Reaching the Stress Threshold
Through the ages sacred initiations of the greatest order demanded a “death” – seldom physical. They required the death of the ego. One had to “die unto the self,” leaving behind previous desires and wants, to take on the trusted role of healer-guide who then dedicated the rest of his or her life in service to others. The core of shamanic vision quests (“calling for a vision” – or asking the spirits for guidance) still today consists of ceremonial rituals that mimic or come close to actual physical death. Probationers are prepared for this; still, there is no real preparation for that overwhelming, “over the top” fear that pushes one’s panic button. Once that threshold is breached, the individual either passes into madness or breaks through the passageway into otherworlds of spirit that engender a transformation of consciousness.
Consider the mythological traditions of the “hero’s journey” or the making of “wise ones.” High stress was always the deciding factor: how the individual faced “the watcher at the gate” (fear at the stress threshold), overcame that fear (passed through/ascended), entered into the otherworlds of spirit (that null space where everything is said to converge/suspend/expand into the collective whole), and is imprinted from the aftereffects (bears the “mark” of ascension). This “journey” is what establishes the extent to which the individual changes or is transformed.
The formula then for a transformation of consciousness (the basic energetics) is: intense period of change, high stress that narrows one’s focus, feeling driven or accelerated beyond states of fear/panic, encountering a threshold or boundary, maybe meeting a greeter of some kind, passing into a null space of energy convergence, becoming infused with knowing, imprinted or altered by null space exposure, returning as one who has been expanded or enhanced by the experience – as if forever “marked” by the pattern of aftereffects.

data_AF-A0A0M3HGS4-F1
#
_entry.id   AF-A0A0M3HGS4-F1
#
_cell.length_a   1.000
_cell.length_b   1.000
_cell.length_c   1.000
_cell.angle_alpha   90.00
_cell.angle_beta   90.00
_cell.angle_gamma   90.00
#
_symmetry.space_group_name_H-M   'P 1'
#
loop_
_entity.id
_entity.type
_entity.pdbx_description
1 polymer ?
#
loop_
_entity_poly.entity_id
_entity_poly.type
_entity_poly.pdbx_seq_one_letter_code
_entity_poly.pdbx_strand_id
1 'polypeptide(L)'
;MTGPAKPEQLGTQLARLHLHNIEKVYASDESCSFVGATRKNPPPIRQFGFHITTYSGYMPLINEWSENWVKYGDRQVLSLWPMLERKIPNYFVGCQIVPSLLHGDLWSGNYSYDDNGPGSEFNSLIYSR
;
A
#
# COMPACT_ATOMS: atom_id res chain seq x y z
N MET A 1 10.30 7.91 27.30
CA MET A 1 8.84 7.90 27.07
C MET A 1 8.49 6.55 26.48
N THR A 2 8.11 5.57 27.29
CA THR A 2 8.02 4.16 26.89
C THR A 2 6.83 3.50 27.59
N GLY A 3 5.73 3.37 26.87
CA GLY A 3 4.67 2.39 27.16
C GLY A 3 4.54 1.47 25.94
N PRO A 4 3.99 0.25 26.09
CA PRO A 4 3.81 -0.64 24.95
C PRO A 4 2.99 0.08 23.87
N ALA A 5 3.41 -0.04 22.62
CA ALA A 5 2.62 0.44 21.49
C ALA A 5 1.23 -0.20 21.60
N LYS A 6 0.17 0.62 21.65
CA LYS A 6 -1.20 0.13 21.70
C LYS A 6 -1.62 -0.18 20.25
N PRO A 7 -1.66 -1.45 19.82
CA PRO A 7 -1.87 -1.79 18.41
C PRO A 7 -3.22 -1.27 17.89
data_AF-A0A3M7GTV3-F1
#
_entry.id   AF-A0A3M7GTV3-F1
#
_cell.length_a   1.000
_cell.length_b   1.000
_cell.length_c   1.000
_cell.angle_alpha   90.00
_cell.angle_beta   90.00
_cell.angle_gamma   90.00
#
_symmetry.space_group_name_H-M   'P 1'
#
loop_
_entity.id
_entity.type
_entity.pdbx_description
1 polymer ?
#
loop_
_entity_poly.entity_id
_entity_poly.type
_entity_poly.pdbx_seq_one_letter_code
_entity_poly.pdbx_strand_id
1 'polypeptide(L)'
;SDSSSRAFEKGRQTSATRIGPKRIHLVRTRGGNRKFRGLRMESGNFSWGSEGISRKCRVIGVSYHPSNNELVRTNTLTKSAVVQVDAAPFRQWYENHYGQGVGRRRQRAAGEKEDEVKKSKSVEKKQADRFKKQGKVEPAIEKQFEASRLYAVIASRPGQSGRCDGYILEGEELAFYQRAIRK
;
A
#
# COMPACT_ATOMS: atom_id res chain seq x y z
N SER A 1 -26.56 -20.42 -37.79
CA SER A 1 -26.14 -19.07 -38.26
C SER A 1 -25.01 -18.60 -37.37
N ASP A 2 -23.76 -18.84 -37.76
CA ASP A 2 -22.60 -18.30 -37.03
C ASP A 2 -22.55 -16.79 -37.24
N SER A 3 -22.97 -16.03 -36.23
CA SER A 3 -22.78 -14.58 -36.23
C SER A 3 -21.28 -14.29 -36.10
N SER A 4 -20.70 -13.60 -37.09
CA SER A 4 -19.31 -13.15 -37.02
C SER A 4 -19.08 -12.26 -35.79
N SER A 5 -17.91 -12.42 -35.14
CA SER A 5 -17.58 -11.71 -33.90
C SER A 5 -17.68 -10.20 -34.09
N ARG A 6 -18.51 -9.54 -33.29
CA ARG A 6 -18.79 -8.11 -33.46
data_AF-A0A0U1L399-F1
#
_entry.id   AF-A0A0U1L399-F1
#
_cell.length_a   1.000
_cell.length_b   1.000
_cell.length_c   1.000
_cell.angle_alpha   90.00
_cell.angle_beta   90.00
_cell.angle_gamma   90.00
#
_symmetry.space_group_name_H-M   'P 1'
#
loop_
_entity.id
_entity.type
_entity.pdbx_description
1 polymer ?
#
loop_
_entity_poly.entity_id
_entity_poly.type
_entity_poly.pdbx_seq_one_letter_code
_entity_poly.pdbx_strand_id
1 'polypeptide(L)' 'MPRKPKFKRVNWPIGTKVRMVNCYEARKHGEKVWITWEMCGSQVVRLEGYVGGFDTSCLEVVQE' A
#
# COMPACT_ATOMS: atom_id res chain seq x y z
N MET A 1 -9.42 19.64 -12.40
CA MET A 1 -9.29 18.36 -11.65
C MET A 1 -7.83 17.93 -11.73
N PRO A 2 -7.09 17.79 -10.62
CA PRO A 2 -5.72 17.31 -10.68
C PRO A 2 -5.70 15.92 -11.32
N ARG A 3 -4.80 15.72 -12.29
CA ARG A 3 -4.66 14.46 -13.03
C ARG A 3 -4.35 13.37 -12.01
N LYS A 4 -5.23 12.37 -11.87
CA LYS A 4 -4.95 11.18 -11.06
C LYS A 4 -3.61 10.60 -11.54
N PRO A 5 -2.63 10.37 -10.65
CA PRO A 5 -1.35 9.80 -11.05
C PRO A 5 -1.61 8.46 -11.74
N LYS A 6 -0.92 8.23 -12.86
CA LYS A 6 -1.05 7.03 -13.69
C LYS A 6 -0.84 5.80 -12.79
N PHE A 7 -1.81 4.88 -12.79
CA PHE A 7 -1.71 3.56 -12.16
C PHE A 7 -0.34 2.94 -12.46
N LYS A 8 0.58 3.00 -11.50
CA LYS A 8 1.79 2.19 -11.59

I’ve seen this thousands of times – experiencers who behave as if they have been punched, jerked, hit, pushed, or somehow spun around. Something physical happened to them, something separate from any mind play or otherworldly visitation or event that put them at death’s door. And that “something” shifted their futures by pushing them into a unique arena of experience. The “something” that set them apart I call a “power punch.” It is a force. It is an energy. It is intense.
This intensity, what narrows a person’s focus in high stress, is the key, the hinge, to understanding near-death and near-death-like experiences and impactual spiritual transformations.
Of the 21% in my near-death research who claimed they did not have aftereffects worth mentioning, or any at all, these were the people whose episode seemed so superficial to them that they described it as if a fleeting dream. Sixty percent were openly expressive about how intense their episode was and how it had altered their lives in dramatic ways. These experiencers exhibited most or all of the aftereffects pattern. Many seemed stunned at how much they had changed once they compared “before” with “after.”
The 19% who were so radically affected that it seemed as if they had become a different person or at least an altered version of who they had once been, bore the full brunt of the “power punch” – and showed it. Before and after photos illustrated the depths of what they had been through and how it had changed them. Almost to a person they displayed the full pattern of physiological and psychological aftereffects.
And, with the 73% in my research who had electrical sensitivity afterwards, I was able to establish that it was the intensity of their near-death episode that had been the determining factor in causing this condition – not how long or short their episode, or, how much light they had been exposed to during their scenario. No matter how I approached this, cross-comparing brief and longer near-death states, complicated and simple – regardless even of imagery or how it was described – I still reached the same conclusion: what mattered most in every respect was the intensity of the episode, not the episode itself.
The Colloidal Condition
Reaching the threshold, or boundary between realities, and then crossing through, compares almost exactly with what science calls a colloidal condition.
A colloidal condition is where forces suddenly collapse and then converge. This in-between state creates antiforce, which is antigravity. Particles caught in this unique state between implosion and explosion transmute, and remain forever changed by that transmutation. On a molecular level, these particles show evidence of enlargement and of having taken on different and enhanced characteristics. An example of this is what happens when water is stirred.